You are on page 1of 2



This memorandum summarizes Cause of Actions review of legal and investigative matters concerning actions by the federal government regarding Kathleen Sebeliuss February 25, 2012 statements. On September 12, 2012, the Office of Special Counsel (OSC) informed President Obama of its determination that U.S. Department of Health and Human Services (HHS) Secretary Kathleen Sebelius violated the Hatch Act. Secretary Sebelius committed two distinct Hatch Act violations for her political activity on February 25, 2012: (1) Supporting the election of Barack Obama as President and (2) Supporting the election of Walter Dalton as North Carolina governor. Non-Compliance with President Obamas Ethics Pledge President Obamas first act in office was Executive Order 13490, which required his political appointees to sign an ethics pledge concerning lobbying activities while also seeking consensus from his political appointees that they understood the federal ethics rules. Secretary Kathleen Sebelius signed this pledge. Secretary Sebelius did not receive a waiver from the restrictions agreed to by signing the pledge. And yet on February 25, Secretary Sebelius, using her official position, engaged in direct lobbying when she supported the defeat of North Carolinas Amendment One. While this statement does not violate the Hatch Act, it would appear to be inconsistent with Secretary Sebeliuss ethical promise to the President. When Martha Johnson, as GSA Administrator, condoned wasteful spending at the GSA, she acted against the spirit of the Presidents ethics pledge as well as in violation of Executive Order 13589, which required the promotion of efficient spending. Martha Johnson resigned from office. Potential Election Crime Violation The Democratic National Committee (DNC) (partially) reimbursed HHS for travel and other related costs due to Secretary Sebeliuss political activity. That payment may be interpreted to constitute a loan from the federal government. As such, Sebelius, who is in an administrative position of the United States, and in connection with activity financed in whole or in part by loans or grants made by the United States, or any department or agency thereof, used her official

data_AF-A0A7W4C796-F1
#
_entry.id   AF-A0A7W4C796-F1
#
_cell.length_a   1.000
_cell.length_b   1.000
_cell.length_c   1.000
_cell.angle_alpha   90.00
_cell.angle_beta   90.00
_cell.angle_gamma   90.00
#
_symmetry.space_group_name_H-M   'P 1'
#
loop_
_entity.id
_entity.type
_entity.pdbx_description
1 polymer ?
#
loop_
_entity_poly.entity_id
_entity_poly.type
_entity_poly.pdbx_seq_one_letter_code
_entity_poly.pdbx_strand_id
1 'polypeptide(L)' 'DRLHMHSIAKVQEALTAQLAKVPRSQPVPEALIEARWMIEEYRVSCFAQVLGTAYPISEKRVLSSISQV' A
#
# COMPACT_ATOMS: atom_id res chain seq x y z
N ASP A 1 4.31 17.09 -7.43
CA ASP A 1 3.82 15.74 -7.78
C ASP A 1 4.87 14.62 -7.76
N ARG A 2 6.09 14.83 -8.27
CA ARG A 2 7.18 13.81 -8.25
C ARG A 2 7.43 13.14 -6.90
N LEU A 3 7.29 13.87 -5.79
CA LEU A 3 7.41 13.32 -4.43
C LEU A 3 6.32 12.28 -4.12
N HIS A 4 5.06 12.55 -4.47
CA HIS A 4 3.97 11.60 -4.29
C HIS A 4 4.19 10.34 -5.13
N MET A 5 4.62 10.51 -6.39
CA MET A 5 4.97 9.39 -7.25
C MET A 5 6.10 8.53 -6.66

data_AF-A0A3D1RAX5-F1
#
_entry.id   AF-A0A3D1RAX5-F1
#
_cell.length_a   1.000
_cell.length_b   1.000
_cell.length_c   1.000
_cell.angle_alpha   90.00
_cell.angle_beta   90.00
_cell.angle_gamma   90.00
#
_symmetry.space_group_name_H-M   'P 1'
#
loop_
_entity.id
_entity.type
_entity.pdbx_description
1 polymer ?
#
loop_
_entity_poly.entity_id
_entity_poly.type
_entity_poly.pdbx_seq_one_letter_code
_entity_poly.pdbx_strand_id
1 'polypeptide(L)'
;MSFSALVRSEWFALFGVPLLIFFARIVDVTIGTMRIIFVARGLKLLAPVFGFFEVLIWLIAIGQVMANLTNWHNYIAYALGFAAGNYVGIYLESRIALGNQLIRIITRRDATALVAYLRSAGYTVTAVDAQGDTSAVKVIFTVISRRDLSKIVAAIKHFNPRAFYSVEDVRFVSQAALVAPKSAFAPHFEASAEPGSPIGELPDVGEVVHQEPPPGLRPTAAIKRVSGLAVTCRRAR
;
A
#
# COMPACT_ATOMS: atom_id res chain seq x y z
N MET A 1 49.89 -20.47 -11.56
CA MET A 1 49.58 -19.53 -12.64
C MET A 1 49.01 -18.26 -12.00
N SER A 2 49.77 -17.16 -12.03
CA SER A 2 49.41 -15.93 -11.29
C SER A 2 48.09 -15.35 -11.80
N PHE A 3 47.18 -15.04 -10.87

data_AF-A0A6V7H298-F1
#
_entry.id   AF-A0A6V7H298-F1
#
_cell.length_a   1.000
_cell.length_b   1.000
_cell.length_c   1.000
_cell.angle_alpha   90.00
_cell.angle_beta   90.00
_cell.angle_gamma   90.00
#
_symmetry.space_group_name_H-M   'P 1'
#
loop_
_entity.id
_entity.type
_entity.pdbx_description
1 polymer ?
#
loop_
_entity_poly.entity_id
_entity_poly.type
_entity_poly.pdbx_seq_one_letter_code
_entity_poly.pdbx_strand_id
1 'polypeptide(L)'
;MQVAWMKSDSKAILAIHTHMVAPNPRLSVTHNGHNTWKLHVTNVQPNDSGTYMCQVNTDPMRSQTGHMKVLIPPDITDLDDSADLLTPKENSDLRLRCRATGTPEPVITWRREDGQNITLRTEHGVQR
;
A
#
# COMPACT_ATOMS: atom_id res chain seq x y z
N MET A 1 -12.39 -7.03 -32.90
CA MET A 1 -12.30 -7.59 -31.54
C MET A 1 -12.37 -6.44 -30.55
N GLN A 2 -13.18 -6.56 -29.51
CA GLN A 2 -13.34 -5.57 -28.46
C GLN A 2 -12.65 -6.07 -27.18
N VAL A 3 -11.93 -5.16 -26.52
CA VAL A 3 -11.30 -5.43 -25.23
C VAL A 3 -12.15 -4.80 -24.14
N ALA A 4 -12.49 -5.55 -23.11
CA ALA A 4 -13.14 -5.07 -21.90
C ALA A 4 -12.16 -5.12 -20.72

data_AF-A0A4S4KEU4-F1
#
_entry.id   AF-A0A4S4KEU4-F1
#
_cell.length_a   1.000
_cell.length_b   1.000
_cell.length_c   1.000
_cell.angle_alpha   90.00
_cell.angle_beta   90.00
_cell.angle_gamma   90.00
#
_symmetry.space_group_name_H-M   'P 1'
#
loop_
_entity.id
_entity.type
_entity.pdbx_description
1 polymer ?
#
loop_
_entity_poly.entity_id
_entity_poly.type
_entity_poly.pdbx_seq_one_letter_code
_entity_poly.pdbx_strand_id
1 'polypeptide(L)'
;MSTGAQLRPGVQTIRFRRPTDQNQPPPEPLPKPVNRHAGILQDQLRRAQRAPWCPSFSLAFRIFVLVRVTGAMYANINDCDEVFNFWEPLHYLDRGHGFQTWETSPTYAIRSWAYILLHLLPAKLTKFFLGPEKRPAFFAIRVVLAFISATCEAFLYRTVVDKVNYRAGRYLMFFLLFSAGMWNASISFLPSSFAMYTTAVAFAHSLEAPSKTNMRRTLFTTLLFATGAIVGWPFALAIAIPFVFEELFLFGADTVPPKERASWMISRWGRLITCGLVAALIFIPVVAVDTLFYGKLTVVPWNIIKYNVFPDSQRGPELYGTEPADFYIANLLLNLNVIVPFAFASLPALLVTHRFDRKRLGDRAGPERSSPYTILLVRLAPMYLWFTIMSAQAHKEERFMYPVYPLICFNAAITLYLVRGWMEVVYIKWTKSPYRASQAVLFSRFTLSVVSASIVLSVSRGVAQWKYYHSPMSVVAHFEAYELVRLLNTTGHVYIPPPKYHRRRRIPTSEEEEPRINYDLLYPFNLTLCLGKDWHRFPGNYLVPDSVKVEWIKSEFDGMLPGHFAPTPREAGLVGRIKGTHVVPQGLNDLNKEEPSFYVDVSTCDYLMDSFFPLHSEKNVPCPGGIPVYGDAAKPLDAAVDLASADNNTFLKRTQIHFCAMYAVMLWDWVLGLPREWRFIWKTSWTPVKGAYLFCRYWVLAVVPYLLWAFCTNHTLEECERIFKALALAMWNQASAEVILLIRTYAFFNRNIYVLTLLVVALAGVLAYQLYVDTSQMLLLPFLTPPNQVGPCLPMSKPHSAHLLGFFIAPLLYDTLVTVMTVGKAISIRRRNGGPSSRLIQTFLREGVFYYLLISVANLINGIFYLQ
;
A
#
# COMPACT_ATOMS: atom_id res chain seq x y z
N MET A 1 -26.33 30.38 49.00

authority for the purpose of affecting the election of a candidate for President, may be subject to liability under 18 U.S.C. 595, a prosecutable offense. Cause of Action continues to investigate: (1) Whether the FEC properly disclosed this disbursement to Secretary Sebelius, (2) Whether any committee other than the DNC reimbursed any funds to HHS, and (3) Whether any lobbying activities were properly disclosed. President Obamas Failure to Act 5 U.S.C. 7326 was passed by Congress and states An employee or individual who violates section 7323 or 7324 of this title shall be removed from his position, and funds appropriated for the position from which removed thereafter may not be used to pay the employee or individual. However, if the Merit System Protection Board finds by unanimous vote that the violation does not warrant removal, a penalty of not less than 30 days suspension without pay shall be imposed by direction of the Board. The OSC clearly found that Sebelius violated 7324(a) because Sebelius engaged in political activity in her official capacity. Under 5 U.S.C. 1215(b), In the case of an employee in a confidential, policy-making, policy-determining, or policy-advocating position appointed by the President, by and with the advice and consent of the Senate (other than an individual in the Foreign Service of the United States), the complaint and statement referred to in subsection (a)(1), together with any response of the employee, shall be presented to the President for appropriate action in lieu of being presented under subsection (a). Because Sebelius is not subject to the Merit Systems Protection Board (MSPB) for review, only the President can determine her punishment. In an unprecedented situation like the present one, the President takes appropriate action by substituting himself into the role of the MSPB in other words appropriate action means that the president must suspend Secretary Sebelius for at least 30 days or remove her from office. By taking neither option, the President has, in effect, sent a message to the public that his Cabinet is superior to the law and that either his ethics pledge was a farce or that Sebelius is exempt from complying with the Executive Order. Moreover, Secretary Sebelius, in her letter to the OSC, disagreed with the conclusion that she committed a Hatch Act violation. It would appear that Secretary Sebelius is openly opposed to following the high standards of ethics she took an oath to the President to follow. Alternatively, the President has sanctioned her activity. Congressional Oversight If Congress determines: (1) The President failed to take appropriate action to punish Secretary Sebelius and (2) Secretary Sebelius fails to acknowledge that she violated the law, then Congress would have the ability to impeach Secretary Sebelius.

You might also like